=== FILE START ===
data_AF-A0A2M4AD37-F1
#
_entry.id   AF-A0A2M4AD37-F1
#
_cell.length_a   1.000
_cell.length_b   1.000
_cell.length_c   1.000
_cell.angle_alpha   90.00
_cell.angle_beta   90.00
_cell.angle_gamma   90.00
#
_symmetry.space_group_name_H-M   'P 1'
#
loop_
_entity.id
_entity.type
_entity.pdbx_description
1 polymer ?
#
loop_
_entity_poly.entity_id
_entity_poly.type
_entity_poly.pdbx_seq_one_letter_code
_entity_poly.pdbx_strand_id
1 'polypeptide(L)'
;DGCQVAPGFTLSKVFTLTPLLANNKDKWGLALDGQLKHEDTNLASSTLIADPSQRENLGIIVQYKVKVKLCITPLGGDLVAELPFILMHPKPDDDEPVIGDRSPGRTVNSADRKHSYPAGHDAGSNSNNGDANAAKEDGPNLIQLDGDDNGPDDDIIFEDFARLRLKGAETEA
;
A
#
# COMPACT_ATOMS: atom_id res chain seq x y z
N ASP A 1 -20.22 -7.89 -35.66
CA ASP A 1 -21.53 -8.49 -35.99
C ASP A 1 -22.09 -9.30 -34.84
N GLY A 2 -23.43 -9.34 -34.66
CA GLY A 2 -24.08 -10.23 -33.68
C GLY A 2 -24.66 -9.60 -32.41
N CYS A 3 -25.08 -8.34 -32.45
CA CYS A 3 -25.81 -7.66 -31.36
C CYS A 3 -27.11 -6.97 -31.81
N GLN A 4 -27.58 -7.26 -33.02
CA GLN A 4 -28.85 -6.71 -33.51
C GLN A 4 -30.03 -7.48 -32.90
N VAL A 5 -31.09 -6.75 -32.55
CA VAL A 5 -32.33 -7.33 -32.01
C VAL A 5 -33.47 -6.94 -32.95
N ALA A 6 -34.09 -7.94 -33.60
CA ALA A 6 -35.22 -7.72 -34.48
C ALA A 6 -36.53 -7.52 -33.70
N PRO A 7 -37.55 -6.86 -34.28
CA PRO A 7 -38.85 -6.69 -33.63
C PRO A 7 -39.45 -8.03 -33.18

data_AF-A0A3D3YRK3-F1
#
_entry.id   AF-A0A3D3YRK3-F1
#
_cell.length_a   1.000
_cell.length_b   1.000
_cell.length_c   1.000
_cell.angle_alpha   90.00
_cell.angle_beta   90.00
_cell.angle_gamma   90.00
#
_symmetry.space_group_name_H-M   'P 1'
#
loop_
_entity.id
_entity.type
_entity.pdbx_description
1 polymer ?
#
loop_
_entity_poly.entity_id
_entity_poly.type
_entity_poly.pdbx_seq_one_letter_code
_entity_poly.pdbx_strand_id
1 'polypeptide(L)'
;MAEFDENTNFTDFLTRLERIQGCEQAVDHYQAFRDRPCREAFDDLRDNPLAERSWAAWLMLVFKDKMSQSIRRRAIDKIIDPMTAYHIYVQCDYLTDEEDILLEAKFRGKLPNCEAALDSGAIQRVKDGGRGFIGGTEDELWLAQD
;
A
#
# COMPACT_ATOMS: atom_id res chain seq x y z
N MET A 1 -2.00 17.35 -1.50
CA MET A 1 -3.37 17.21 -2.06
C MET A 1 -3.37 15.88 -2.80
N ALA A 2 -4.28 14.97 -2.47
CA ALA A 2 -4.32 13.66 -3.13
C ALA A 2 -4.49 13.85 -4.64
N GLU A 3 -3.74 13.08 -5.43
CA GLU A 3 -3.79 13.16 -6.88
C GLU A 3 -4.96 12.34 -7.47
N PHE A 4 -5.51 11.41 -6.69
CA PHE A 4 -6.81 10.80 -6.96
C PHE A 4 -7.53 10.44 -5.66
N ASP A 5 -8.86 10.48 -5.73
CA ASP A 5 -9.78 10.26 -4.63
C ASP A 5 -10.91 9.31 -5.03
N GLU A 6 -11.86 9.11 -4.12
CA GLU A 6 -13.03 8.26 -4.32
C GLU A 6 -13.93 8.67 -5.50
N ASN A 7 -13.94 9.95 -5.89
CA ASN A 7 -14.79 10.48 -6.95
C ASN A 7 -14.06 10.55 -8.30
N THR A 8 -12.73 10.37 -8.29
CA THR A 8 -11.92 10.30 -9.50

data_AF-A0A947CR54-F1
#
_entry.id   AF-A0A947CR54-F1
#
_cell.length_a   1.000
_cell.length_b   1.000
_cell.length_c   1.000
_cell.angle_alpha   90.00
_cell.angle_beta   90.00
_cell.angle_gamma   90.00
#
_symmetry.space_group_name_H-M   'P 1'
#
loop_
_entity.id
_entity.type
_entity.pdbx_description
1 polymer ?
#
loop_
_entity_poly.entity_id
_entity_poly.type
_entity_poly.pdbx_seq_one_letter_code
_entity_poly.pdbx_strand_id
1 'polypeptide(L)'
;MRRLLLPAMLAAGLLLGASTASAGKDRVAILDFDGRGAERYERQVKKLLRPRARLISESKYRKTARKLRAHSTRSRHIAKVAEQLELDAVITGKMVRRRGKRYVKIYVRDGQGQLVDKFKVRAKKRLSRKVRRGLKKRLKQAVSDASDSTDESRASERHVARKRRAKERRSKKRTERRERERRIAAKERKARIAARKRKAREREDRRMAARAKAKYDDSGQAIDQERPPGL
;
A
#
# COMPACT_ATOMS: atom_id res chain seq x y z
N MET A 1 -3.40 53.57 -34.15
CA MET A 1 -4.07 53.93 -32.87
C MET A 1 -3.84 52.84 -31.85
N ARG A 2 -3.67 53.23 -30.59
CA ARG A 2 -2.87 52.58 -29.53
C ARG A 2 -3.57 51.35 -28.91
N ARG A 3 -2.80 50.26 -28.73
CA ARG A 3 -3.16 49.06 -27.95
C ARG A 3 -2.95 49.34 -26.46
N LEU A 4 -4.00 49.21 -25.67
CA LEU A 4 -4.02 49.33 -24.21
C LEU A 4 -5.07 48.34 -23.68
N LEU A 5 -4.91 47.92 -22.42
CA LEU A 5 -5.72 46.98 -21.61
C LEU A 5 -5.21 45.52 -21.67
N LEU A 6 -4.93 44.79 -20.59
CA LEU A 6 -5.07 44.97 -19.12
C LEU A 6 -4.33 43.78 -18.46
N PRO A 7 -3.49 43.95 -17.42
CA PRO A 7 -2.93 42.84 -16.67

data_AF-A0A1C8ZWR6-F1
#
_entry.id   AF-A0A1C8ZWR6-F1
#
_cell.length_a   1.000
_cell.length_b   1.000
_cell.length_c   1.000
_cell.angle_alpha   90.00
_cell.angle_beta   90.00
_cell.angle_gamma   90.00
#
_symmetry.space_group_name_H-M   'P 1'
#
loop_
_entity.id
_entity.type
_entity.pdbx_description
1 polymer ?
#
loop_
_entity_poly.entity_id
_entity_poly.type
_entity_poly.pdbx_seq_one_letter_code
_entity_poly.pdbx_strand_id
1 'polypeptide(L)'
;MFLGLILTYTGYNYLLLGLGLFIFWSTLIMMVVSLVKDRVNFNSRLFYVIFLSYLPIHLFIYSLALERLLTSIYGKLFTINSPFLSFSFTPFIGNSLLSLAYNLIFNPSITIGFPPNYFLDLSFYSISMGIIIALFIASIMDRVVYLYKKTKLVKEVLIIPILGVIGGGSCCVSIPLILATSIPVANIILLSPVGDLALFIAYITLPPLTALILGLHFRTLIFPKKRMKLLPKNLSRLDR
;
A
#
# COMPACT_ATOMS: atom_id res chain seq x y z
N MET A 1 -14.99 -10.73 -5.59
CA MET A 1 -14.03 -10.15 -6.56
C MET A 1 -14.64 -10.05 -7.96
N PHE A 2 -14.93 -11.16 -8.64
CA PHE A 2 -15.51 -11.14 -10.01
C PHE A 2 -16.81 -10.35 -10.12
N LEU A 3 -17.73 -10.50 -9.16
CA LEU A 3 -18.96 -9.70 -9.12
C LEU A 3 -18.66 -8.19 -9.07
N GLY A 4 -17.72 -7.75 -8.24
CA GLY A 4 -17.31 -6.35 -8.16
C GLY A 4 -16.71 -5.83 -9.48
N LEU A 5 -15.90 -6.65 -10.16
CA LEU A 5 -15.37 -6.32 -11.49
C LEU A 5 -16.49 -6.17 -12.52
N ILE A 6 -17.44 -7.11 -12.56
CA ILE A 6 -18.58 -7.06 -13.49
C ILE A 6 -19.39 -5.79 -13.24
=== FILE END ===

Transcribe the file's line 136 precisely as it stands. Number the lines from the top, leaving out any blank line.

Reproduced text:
CA MET A 1 -4.07 53.93 -32.87